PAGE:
Using nutrition to bring you back into balance

To Fast Or Not To Fast? Exploring Benefits of Intermittent Fasting

Intermittent fasting (IF) seems to be on everyone’s tongue today when talking about food and diet.  The common question being, how do you do it and is it healthy for you?  IF is simply timed eating followed by a period of not eating or drinking anything except water.  The goal is to upregulate your body’s ability to burn fat for fuel.  One of the benefits of being a modern human is access to food all the time. 

However, humans should not eat all the time and benefit from periods of fasting.  When we eat frequently, especially foods high in refined carbohydrates, we set the stage for developing insulin resistance and an inability to switch easily to burning fat because our bodies become so accustomed to burning sugar.  It is healthy to have a period of at least 12 hours without eating or drinking, allowing your body to use of available sugar for energy, switching over to burning fat when the sugar is used up.

It is best to keep your eating times within an 8 -10 hour window to support metabolic flexibility and insulin sensitivity.  This is the simplest technique for IF, and there are a variety of others such as eating normally for 5 days while restricting your window of eating on days 6 and 7, fasting for a complete 24 hour cycle one day a week while eating normally the other 6, and fasting every other day aiming to consume under 1000 calories on fasting days.  I believe the most effective and healthy technique is following IF daily, following our normal circadian rhythms, keeping that window of eating to 8 or 10 hours of the day. 

Sound challenging?  It is in the beginning.  You can experience drops in blood sugar during the night, causing you to wake up as cortisol is released into circulation, pulling sugars out of tissue storage for energy.  You can also experience increased sugar cravings and headaches as your body adjusts and improves its fat burning capability. 

It is easier to slowly ease into IF by pushing off breakfast 15-30 minutes each week for a couple of weeks while finishing your last meal or snack 15-30 minutes earlier as well.  The goal is to aim for your window of eating to be somewhere between 9 am and 6 pm.  The only thing you want to consume outside of your eating window is water.  This is because each body is so unique it is almost impossible to tell what substances initiate the creation of sugar (gluconeogenesis) in your body for fuel.  Water ensures you begin to switch over to burning fat and over time keep burning fat longer.  

A couple of tips to help support your body transition back to burning fat for energy:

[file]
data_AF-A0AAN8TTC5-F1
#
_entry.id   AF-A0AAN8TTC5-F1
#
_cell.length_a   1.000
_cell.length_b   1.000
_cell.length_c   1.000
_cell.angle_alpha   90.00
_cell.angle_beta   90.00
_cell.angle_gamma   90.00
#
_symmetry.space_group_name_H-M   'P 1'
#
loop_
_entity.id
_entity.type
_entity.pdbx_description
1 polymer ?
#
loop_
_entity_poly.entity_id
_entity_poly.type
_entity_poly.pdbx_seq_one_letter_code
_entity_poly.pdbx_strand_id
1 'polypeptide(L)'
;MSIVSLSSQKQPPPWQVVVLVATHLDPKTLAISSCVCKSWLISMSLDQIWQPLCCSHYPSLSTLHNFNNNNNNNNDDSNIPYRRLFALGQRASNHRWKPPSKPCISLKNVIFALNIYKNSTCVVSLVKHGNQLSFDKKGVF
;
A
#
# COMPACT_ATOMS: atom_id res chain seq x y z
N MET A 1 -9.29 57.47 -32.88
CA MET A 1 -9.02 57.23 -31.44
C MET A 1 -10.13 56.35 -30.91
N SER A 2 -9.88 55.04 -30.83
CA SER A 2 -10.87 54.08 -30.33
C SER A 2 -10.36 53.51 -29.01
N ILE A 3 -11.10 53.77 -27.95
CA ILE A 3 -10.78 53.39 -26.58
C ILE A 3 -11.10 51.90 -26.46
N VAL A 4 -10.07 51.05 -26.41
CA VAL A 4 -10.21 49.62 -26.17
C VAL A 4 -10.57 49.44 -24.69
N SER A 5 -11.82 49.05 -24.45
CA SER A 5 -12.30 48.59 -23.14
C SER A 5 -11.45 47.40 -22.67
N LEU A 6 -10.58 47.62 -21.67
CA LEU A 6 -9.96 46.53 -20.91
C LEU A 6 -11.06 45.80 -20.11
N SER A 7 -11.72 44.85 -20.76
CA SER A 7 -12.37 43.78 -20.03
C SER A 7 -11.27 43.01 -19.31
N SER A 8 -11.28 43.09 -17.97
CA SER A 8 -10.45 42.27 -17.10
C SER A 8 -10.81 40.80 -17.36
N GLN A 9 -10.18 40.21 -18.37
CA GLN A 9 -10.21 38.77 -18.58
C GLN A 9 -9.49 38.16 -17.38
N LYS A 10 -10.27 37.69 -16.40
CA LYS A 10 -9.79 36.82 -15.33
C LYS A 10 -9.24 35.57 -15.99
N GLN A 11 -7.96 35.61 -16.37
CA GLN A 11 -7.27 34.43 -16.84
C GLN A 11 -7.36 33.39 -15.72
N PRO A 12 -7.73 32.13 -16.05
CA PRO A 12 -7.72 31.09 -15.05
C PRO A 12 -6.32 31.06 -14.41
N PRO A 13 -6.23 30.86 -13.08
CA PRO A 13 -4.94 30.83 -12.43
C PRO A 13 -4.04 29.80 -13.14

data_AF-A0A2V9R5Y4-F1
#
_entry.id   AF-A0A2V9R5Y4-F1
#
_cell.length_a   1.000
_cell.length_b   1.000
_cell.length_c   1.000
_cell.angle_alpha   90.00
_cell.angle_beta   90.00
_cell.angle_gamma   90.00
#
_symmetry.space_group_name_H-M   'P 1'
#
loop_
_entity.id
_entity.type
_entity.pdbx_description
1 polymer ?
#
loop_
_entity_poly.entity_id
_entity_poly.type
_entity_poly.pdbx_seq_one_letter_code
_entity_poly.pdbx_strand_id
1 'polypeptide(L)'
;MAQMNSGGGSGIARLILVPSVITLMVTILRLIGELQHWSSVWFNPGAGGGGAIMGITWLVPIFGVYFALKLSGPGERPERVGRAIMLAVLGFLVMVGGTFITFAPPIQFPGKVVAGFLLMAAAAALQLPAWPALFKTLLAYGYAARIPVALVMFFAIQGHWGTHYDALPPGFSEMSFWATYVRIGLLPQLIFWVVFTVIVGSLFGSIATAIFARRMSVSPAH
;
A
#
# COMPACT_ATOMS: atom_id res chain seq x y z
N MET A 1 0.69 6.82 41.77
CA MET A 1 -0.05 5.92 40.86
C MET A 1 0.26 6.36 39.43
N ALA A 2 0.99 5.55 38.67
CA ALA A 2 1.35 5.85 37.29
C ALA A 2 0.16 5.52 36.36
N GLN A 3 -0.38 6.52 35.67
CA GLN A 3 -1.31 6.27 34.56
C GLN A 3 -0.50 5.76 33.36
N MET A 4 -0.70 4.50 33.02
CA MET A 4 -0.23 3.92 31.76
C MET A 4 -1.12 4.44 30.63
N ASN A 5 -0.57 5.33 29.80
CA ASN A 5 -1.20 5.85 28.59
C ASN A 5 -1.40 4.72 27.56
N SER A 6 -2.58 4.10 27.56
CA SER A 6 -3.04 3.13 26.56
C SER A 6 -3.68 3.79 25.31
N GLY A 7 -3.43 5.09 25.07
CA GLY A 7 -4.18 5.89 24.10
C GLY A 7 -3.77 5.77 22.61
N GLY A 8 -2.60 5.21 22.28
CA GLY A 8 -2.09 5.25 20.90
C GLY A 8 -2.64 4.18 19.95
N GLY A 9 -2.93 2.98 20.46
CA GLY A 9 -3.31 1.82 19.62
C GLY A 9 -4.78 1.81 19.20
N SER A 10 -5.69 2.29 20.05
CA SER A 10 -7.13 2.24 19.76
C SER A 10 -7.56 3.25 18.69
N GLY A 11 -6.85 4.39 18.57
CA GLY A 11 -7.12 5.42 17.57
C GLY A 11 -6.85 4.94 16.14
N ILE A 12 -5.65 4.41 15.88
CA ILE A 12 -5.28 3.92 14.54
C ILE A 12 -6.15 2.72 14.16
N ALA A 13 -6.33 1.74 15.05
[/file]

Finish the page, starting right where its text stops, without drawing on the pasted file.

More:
1. Make your last meal or snack a food high in fat or protein.  This will keep the food in your system longer and reduce blood sugar and insulin spikes, helping you switch to burning fat more quickly.  I recommend a handful of nuts or a hard-boiled egg as your last snack.
  2. Make the first meal or snack you eat in the day a fat or protein.  This will also prolong your body’s reliance on fat for fuel until you introduce carbohydrates later in the day.  Eggs for breakfast are a good thing! 
  3. Drink a lot of water.  Water will help keep you full and hydrated, supporting the biochemical processes of burning fat as fuel.  Adding a slice of fresh lemon to your water during the day helps your liver release fat stores more easily. 
  4. Use L-carnitine as a supplement.  L-carnitine is an amino acid that helps shuttle fatty acids in and out of cells and may help your body burn fat for energy more effectively. 

If this sounds like a horridly rigid way of eating, remember that for 100’s of years humans relied on metabolic flexibility to survive during times of famine and food scarcity.  Even in our modern era, before the emergence of grocery stores and fast-food restaurants, most people ate only during the daylight hours. 

Despite our modern conveniences, we are still biological beings that thrive on our natural tendencies particularly where feeding is concerned.  IF reminds us of this and is a great way to restore our metabolic flexibility and improve blood sugar control.  It is also a way to improve the nutrition value of our food by eating healthy, nourishing whole food and kicking the processed food out! 

Share on facebook
Facebook
Share on twitter
Twitter
Share on pinterest
Pinterest
Share on linkedin
LinkedIn
Tanya Bachman

Tanya Bachman